Back in the day, the rule for digital circuits were multi-phase clocks of varying complexity, and the PDP-8/e is no exception in that regard. A cycle has four timing states of different lengths that each end on a timing pulse.

As can be seen, the timing states are active when they are at low voltage while the timing pulses are active high. There are plenty of quirks like this which I describe below in the Logic section.

In the PDP-8 the timing generator was implemented as a circular chain of shift registers with parallel outputs. At power on, these registers are reset to all 1 except for 0 in the first two bits. The shift operation is driven by a 20 MHz clock2 and the two zeros then circulate while logic combinations of the parallel outputs generate the timing signals (and also core memory timing, not shown in the diagram above).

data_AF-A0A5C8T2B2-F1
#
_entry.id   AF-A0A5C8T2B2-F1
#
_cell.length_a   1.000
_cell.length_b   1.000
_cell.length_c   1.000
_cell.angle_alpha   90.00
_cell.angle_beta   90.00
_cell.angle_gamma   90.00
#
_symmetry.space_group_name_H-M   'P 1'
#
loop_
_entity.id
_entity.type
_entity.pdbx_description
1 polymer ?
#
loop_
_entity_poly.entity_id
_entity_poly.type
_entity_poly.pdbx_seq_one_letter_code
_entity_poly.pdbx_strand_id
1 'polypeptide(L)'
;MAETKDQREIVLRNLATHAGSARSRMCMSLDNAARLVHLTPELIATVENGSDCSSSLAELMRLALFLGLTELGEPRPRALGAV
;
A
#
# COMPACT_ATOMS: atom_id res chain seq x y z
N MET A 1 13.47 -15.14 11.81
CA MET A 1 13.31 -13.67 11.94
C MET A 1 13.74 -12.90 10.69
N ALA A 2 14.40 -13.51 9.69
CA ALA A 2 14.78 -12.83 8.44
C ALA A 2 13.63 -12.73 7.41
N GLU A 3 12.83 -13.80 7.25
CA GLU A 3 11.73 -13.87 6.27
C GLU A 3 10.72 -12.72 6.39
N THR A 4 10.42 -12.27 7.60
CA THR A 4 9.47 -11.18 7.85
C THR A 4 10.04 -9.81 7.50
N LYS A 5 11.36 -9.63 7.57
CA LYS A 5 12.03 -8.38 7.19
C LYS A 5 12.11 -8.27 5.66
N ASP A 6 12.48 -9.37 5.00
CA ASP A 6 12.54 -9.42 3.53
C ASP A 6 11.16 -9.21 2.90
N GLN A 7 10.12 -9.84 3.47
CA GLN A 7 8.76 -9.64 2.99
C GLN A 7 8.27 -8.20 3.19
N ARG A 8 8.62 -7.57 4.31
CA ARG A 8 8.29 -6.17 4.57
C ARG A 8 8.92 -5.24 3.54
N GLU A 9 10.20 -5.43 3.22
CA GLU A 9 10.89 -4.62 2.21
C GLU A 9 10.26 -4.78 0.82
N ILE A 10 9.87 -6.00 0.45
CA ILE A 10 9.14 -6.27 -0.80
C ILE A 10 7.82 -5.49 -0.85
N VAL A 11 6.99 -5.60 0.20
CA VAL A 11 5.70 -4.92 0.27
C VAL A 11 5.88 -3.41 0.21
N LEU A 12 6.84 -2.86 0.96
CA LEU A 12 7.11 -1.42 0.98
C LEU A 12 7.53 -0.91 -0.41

What happens with these signals is that the timing states together with control signals decoded from instructions select data outputs and paths while the associated timing pulse combined with timing state and instruction signals trigger D type flip-flops to save these results and present it on their outputs until they are next triggered with different input data.

Relevant for D type flip-flops is the rising edge of their clock input. The length of the pulse does not matter as long as it is not shorter than a required minimum. For example the accumulator register needs to be loaded at TP3 during major state E for a few different instructions. Thus the AC LOAD signal is generated as TP3 and E and (TAD instruction or AND instruction or …) and that signal is used as the clock input for all twelve flip-flops that make up the accumulator register.